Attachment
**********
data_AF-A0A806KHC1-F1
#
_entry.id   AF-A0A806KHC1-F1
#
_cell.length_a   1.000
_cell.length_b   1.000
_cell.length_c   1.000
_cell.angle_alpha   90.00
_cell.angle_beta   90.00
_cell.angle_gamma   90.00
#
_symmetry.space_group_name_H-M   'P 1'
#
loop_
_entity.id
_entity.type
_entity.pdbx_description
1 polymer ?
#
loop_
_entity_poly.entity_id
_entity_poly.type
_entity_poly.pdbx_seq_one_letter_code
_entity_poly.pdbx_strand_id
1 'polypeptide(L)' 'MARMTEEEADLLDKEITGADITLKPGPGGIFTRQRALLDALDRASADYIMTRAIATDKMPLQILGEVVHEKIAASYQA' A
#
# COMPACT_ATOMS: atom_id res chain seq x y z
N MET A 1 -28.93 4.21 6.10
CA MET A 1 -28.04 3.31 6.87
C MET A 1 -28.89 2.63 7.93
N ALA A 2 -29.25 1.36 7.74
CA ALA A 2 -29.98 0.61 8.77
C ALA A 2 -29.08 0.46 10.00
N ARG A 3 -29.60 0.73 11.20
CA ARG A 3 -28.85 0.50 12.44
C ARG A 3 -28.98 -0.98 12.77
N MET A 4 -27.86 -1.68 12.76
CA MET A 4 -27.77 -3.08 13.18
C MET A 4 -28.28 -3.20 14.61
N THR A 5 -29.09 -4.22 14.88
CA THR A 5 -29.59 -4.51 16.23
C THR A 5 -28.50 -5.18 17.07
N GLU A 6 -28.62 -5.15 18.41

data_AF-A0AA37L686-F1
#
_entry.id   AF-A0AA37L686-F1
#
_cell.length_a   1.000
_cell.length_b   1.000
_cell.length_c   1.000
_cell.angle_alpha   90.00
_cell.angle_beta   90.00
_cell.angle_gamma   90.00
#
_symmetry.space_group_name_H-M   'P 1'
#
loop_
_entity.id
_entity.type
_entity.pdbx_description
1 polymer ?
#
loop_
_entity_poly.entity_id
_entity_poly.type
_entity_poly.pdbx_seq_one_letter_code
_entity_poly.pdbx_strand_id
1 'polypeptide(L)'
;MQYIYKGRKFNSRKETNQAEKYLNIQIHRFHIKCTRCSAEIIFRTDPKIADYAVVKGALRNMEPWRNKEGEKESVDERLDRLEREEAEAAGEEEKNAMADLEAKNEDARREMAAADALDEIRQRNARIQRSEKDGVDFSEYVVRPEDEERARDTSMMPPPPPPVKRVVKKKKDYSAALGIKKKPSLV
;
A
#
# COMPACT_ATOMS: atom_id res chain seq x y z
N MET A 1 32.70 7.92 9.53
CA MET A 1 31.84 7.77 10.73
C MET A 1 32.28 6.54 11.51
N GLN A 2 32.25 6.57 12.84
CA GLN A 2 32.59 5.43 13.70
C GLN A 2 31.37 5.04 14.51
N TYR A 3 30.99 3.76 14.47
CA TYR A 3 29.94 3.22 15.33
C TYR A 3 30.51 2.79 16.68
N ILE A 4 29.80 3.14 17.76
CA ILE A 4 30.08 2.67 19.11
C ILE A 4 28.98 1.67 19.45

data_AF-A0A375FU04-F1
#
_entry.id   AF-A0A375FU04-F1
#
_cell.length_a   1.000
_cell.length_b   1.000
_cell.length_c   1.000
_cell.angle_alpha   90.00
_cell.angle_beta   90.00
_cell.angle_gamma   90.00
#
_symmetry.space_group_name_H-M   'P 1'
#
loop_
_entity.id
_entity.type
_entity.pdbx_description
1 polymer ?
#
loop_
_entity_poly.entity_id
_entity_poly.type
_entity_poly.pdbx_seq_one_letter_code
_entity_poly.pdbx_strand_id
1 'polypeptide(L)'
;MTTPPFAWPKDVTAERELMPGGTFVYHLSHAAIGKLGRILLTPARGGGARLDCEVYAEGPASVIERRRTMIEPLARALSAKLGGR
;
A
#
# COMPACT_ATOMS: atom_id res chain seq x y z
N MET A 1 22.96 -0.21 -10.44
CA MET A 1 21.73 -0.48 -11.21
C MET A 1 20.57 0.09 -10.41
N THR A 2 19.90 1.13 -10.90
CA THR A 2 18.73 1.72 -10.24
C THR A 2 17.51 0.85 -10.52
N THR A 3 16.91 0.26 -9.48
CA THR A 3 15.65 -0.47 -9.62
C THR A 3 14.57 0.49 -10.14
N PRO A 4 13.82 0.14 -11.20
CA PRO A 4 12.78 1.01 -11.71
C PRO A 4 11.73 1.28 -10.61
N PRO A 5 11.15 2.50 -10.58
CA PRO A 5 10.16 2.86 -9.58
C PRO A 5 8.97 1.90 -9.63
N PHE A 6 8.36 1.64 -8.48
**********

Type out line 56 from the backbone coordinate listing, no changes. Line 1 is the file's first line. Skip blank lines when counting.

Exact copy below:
#